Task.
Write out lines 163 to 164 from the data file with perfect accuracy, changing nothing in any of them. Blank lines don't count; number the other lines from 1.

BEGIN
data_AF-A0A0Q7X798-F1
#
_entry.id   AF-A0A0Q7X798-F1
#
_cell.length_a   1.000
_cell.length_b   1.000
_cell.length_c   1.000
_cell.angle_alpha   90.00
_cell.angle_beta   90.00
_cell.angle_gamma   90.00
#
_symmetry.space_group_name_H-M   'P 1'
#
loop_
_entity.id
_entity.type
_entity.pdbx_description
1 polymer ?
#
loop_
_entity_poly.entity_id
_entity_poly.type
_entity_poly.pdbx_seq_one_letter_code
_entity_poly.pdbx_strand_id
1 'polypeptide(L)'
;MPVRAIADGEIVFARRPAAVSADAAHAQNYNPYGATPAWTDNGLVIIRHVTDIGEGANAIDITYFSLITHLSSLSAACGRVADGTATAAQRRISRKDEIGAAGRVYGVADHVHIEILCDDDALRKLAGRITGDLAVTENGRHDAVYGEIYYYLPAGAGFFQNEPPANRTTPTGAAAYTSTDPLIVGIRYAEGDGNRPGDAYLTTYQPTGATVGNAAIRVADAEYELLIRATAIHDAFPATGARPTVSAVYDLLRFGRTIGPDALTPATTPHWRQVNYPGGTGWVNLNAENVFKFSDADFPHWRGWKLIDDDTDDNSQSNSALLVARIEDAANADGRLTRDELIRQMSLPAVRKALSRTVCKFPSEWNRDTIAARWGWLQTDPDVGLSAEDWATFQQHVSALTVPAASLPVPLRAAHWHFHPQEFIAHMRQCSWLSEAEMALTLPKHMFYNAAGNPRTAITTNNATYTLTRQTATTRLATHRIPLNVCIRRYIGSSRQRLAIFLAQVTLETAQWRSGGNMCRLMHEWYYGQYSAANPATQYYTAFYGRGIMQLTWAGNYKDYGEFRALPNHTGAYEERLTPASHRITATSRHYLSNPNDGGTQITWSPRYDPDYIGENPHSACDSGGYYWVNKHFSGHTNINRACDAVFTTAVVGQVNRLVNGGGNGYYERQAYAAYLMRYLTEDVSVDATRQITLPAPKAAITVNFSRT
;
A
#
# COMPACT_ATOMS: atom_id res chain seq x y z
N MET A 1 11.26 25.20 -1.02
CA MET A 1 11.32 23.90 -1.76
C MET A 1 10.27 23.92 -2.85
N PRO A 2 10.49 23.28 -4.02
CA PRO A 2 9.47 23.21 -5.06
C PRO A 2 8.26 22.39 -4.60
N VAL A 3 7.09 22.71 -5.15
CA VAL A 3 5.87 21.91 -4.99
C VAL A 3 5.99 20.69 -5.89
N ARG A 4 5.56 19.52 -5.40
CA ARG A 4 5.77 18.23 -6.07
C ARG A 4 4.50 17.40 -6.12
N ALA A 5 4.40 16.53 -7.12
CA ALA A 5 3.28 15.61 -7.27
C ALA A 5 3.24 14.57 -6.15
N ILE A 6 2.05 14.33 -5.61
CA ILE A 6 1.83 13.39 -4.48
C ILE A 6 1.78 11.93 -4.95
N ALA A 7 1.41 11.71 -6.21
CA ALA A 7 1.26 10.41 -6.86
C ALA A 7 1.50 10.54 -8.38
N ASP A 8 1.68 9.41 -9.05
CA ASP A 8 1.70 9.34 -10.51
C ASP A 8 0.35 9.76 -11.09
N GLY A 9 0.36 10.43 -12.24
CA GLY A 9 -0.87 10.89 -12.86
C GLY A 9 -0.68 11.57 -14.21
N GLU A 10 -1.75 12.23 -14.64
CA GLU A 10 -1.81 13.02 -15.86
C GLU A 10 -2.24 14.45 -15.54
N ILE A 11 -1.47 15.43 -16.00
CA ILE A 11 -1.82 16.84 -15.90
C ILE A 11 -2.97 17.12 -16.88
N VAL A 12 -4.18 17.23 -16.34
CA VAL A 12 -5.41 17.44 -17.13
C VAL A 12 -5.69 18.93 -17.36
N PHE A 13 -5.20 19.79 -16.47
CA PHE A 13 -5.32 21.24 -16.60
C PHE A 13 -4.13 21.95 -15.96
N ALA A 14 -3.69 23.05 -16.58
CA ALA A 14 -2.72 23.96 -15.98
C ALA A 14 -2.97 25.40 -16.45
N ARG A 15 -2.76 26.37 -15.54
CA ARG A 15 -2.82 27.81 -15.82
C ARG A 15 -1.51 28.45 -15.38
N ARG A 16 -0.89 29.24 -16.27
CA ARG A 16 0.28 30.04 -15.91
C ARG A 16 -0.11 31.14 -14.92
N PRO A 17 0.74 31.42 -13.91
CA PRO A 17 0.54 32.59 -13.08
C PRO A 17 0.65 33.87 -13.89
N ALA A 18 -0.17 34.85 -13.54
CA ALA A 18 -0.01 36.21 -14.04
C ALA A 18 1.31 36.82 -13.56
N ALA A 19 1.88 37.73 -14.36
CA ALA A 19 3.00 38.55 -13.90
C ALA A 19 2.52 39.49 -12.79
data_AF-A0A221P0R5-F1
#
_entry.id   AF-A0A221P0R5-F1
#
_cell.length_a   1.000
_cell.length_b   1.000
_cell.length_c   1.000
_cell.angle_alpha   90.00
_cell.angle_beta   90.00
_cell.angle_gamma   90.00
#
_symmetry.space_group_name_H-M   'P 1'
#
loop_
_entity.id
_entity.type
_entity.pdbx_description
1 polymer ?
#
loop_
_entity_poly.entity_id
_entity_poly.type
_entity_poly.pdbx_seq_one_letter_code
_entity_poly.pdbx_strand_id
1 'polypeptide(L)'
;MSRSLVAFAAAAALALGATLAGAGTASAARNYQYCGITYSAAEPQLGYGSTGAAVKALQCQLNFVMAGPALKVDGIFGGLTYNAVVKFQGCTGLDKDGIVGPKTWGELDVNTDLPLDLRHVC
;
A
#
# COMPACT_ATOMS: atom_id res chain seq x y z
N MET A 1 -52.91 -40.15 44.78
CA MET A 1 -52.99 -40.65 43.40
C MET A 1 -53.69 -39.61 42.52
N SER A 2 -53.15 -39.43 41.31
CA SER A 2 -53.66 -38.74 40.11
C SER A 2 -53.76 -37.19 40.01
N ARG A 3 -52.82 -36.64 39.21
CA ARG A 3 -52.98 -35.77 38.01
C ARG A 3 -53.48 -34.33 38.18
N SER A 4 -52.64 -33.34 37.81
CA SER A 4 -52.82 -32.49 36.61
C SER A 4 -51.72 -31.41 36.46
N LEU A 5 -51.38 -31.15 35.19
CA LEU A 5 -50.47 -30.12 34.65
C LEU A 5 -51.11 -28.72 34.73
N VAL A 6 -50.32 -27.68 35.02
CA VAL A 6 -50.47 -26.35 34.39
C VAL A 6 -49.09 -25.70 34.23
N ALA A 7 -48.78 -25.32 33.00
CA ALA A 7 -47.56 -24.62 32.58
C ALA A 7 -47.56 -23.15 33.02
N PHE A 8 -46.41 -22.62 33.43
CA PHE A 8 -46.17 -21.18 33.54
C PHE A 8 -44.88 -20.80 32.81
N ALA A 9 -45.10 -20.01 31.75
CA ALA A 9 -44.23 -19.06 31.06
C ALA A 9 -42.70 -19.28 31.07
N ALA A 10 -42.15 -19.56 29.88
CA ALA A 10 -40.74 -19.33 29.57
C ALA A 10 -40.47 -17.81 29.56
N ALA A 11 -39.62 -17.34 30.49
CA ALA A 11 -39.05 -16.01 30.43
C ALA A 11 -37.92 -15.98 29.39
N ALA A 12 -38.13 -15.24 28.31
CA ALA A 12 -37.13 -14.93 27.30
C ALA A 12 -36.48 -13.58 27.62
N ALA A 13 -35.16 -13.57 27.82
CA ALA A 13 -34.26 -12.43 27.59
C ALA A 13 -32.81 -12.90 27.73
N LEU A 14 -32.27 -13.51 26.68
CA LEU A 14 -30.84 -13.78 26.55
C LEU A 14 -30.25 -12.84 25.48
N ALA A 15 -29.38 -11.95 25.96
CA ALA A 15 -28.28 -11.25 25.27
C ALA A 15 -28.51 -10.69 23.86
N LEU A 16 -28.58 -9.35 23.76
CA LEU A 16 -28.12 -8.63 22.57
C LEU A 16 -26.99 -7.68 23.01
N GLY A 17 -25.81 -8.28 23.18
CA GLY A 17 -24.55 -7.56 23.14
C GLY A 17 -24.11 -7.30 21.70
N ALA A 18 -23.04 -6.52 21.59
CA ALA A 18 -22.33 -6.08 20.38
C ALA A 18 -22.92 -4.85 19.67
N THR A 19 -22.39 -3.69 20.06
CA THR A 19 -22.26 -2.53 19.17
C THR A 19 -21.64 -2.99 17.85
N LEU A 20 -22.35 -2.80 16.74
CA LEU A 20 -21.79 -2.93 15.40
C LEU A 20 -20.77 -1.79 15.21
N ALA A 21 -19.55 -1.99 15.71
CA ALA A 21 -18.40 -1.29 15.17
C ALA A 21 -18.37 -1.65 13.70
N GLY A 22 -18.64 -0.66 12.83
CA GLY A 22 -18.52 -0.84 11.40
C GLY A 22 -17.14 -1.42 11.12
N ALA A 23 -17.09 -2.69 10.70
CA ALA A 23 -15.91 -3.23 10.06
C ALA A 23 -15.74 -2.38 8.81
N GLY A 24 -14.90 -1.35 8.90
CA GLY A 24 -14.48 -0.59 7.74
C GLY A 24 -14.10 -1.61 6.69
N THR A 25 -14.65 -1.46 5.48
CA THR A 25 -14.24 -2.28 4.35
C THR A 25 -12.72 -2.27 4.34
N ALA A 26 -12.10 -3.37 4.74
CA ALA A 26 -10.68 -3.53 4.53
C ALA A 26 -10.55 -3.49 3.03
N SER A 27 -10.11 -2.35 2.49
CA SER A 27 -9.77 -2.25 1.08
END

N LEU A 16 -28.58 -9.35 23.76
CA LEU A 16 -28.12 -8.63 22.57